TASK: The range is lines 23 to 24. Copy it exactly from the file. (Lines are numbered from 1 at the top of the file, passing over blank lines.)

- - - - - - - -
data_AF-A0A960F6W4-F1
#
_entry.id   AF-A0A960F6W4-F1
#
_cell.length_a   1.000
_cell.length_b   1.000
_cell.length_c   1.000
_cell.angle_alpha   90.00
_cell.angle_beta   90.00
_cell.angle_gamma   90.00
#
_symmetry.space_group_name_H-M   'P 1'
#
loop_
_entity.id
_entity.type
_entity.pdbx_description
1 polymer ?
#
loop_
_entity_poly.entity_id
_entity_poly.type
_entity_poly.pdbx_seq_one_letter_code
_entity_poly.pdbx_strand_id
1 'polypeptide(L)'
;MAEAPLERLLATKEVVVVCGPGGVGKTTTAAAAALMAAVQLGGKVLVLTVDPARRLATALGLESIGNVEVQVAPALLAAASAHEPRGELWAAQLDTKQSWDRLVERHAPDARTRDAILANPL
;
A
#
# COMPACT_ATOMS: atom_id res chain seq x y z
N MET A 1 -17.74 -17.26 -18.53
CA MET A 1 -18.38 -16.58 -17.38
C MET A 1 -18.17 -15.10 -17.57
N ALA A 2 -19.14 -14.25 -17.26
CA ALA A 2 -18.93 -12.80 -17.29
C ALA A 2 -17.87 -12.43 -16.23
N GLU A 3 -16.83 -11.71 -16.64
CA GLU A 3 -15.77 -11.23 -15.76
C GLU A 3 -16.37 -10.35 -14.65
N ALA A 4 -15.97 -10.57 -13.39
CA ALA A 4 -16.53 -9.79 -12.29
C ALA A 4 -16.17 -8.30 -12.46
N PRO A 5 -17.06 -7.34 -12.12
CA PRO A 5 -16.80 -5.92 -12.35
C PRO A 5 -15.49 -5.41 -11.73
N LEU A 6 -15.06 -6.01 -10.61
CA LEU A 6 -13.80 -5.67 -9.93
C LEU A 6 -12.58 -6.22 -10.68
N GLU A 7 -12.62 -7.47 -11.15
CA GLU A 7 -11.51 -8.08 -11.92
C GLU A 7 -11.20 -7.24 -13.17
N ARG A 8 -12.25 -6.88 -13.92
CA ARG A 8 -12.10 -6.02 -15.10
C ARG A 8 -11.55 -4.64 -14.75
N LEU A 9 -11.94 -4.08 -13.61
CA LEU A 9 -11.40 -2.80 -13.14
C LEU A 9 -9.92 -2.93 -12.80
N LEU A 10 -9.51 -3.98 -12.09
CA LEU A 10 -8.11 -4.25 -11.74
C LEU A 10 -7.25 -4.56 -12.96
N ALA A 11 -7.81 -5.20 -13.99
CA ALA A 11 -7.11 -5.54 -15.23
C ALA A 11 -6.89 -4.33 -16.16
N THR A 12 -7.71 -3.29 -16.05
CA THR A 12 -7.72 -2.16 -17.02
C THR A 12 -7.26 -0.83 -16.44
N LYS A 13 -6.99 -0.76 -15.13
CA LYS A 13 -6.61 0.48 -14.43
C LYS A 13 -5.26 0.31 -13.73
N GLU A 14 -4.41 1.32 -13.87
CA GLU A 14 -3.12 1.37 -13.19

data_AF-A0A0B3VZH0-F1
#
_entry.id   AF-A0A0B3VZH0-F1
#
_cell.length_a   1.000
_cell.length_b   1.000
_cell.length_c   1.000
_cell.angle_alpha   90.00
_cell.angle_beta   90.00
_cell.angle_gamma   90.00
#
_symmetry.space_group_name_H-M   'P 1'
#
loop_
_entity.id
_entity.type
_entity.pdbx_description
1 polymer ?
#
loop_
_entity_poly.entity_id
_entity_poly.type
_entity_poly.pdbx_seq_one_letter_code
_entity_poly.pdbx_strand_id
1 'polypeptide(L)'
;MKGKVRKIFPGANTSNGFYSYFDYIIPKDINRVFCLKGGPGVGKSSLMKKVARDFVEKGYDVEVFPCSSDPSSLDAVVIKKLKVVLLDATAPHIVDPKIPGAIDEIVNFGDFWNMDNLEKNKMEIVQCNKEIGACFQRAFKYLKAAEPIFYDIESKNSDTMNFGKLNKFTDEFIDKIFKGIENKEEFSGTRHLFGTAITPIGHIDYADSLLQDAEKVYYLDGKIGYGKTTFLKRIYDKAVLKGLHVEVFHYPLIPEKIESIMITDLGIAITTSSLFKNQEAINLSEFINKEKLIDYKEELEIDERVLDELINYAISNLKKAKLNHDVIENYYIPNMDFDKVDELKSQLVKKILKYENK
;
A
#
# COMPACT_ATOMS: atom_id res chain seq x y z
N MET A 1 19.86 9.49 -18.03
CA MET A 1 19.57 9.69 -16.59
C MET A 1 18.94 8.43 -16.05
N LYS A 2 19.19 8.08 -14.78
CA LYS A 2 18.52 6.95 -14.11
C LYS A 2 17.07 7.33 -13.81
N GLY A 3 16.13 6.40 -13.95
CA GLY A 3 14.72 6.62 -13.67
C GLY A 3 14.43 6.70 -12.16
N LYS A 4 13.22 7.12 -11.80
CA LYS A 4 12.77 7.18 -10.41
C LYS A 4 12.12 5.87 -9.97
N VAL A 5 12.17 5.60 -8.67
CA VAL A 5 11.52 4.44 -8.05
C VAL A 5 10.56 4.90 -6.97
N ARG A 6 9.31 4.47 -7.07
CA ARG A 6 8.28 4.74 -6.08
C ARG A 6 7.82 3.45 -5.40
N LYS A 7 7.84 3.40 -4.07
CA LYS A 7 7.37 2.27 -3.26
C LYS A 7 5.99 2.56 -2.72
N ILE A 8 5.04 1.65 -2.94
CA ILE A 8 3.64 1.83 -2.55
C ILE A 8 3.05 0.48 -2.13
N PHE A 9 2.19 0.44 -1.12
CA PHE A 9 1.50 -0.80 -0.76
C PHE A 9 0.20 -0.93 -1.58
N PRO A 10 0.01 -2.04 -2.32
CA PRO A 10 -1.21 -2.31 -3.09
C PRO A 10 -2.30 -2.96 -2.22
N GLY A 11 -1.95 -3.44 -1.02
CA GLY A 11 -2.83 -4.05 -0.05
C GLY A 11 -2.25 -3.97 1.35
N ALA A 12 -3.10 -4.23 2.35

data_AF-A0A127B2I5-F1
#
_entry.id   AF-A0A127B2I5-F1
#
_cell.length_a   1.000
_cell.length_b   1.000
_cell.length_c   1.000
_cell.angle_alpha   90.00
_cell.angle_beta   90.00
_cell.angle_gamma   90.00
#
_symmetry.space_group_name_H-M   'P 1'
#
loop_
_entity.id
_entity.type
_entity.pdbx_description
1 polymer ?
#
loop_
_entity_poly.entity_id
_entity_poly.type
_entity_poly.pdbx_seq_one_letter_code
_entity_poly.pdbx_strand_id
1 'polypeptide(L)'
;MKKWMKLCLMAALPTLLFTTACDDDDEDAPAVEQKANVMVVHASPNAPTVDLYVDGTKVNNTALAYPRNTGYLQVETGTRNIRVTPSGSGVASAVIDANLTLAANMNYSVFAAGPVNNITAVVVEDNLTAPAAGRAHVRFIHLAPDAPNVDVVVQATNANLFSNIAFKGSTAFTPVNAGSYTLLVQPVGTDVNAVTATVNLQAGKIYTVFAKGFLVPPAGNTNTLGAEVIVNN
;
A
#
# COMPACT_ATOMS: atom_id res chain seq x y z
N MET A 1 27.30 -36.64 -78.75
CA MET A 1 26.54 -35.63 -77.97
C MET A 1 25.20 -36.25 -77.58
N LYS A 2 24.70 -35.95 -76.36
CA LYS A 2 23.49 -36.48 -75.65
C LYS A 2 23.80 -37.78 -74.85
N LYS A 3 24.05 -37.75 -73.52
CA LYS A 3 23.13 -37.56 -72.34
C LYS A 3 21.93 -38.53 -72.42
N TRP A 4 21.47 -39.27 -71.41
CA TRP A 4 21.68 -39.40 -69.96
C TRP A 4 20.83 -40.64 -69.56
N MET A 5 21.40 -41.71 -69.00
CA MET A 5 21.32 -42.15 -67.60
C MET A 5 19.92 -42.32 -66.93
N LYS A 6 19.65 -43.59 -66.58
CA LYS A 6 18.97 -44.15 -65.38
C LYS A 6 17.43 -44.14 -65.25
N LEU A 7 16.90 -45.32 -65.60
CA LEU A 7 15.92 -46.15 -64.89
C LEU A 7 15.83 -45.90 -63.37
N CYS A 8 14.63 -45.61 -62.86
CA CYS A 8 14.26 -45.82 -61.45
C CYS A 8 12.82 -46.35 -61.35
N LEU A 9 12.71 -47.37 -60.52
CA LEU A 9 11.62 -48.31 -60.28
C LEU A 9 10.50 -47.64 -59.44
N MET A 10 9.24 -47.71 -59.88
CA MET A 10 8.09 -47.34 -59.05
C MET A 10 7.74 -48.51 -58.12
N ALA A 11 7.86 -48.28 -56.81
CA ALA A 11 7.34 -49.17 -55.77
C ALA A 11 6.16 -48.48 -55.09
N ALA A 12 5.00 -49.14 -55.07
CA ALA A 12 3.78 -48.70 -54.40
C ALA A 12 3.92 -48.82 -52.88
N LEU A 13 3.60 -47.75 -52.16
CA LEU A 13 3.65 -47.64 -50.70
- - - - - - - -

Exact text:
_entity_poly.pdbx_seq_one_letter_code
_entity_poly.pdbx_strand_id